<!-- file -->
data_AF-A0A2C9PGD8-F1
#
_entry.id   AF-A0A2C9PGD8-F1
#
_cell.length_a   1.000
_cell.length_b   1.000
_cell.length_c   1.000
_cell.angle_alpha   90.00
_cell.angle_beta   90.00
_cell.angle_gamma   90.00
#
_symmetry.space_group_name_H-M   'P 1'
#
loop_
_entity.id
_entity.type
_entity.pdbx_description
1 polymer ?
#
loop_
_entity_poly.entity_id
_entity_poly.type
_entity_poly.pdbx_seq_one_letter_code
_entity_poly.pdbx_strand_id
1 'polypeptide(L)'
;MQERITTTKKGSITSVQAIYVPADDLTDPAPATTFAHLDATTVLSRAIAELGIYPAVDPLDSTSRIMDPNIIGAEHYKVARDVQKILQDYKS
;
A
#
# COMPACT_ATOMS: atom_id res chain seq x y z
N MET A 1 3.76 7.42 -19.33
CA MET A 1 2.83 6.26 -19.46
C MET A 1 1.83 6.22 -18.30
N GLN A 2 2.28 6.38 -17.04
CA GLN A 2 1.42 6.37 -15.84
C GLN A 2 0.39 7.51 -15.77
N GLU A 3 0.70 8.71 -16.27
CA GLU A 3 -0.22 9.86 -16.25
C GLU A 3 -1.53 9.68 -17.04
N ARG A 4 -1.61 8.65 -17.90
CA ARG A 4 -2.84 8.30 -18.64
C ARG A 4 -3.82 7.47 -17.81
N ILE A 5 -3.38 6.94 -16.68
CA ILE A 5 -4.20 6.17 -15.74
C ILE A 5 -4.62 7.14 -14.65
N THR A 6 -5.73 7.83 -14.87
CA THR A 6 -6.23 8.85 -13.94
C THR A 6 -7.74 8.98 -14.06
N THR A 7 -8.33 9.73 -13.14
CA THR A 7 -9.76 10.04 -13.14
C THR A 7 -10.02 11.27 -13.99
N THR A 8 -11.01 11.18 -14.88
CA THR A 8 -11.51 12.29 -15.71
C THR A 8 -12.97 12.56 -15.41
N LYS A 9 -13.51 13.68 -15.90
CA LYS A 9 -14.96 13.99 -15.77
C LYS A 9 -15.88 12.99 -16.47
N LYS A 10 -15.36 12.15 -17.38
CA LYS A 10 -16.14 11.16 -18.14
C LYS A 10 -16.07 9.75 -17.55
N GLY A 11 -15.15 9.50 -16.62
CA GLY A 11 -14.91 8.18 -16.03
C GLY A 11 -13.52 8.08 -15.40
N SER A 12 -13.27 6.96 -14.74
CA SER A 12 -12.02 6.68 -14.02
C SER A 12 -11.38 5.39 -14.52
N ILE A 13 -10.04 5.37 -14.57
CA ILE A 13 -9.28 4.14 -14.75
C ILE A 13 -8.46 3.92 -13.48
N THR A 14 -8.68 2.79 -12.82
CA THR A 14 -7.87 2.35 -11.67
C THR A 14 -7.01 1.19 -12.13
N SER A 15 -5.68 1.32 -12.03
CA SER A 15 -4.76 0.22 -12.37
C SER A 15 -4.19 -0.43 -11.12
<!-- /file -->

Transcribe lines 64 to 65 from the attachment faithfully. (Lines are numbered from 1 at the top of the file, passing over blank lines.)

N SER A 12 -13.27 6.96 -14.74
CA SER A 12 -12.02 6.68 -14.02